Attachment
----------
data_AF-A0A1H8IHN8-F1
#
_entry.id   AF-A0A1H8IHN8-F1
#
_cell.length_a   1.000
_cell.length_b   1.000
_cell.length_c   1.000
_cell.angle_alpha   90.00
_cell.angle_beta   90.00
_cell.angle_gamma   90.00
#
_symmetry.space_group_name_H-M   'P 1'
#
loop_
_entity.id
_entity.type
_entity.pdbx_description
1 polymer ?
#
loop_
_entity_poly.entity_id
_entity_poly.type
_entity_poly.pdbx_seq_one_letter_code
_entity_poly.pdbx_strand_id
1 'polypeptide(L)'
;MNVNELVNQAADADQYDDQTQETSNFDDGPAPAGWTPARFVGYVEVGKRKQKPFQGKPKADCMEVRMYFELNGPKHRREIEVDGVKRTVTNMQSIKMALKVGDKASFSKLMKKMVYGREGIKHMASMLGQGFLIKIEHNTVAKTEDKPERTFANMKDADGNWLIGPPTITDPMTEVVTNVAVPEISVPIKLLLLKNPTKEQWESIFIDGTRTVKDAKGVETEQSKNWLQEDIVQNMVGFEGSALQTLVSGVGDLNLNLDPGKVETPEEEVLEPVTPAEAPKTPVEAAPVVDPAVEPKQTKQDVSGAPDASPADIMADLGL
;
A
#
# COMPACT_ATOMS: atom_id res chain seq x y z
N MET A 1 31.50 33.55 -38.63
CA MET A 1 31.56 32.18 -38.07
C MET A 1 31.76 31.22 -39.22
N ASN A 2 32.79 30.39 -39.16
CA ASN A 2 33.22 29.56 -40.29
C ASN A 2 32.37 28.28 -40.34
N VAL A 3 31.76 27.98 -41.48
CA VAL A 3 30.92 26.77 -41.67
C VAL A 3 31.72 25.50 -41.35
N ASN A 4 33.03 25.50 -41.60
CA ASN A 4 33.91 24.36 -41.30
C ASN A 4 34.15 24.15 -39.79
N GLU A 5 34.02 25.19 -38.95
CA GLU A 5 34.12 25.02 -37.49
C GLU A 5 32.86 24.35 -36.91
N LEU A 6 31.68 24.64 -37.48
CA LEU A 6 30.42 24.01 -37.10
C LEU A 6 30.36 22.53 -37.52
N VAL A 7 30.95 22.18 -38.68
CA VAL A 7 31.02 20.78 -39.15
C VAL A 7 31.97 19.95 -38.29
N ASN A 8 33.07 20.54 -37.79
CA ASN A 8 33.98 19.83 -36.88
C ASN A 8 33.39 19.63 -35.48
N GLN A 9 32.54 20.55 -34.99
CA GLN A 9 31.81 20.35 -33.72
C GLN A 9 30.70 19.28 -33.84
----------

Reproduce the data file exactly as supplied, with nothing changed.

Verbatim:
data_AF-A0A1H8IHN8-F1
#
_entry.id   AF-A0A1H8IHN8-F1
#
_cell.length_a   1.000
_cell.length_b   1.000
_cell.length_c   1.000
_cell.angle_alpha   90.00
_cell.angle_beta   90.00
_cell.angle_gamma   90.00
#
_symmetry.space_group_name_H-M   'P 1'
#
loop_
_entity.id
_entity.type
_entity.pdbx_description
1 polymer ?
#
loop_
_entity_poly.entity_id
_entity_poly.type
_entity_poly.pdbx_seq_one_letter_code
_entity_poly.pdbx_strand_id
1 'polypeptide(L)'
;MNVNELVNQAADADQYDDQTQETSNFDDGPAPAGWTPARFVGYVEVGKRKQKPFQGKPKADCMEVRMYFELNGPKHRREIEVDGVKRTVTNMQSIKMALKVGDKASFSKLMKKMVYGREGIKHMASMLGQGFLIKIEHNTVAKTEDKPERTFANMKDADGNWLIGPPTITDPMTEVVTNVAVPEISVPIKLLLLKNPTKEQWESIFIDGTRTVKDAKGVETEQSKNWLQEDIVQNMVGFEGSALQTLVSGVGDLNLNLDPGKVETPEEEVLEPVTPAEAPKTPVEAAPVVDPAVEPKQTKQDVSGAPDASPADIMADLGL
;
A
#
# COMPACT_ATOMS: atom_id res chain seq x y z
N MET A 1 31.50 33.55 -38.63
CA MET A 1 31.56 32.18 -38.07
C MET A 1 31.76 31.22 -39.22
N ASN A 2 32.79 30.39 -39.16
CA ASN A 2 33.22 29.56 -40.29
C ASN A 2 32.37 28.28 -40.34
N VAL A 3 31.76 27.98 -41.48
CA VAL A 3 30.92 26.77 -41.67
C VAL A 3 31.72 25.50 -41.35
N ASN A 4 33.03 25.50 -41.60
CA ASN A 4 33.91 24.36 -41.30
C ASN A 4 34.15 24.15 -39.79
N GLU A 5 34.02 25.19 -38.95
CA GLU A 5 34.12 25.02 -37.49
C GLU A 5 32.86 24.35 -36.91
N LEU A 6 31.68 24.64 -37.48
CA LEU A 6 30.42 24.01 -37.10
C LEU A 6 30.36 22.53 -37.52
N VAL A 7 30.95 22.18 -38.68
CA VAL A 7 31.02 20.78 -39.15
C VAL A 7 31.97 19.95 -38.29
N ASN A 8 33.07 20.54 -37.79
CA ASN A 8 33.98 19.83 -36.88
C ASN A 8 33.39 19.63 -35.48
N GLN A 9 32.54 20.55 -34.99
CA GLN A 9 31.81 20.35 -33.72
C GLN A 9 30.70 19.28 -33.84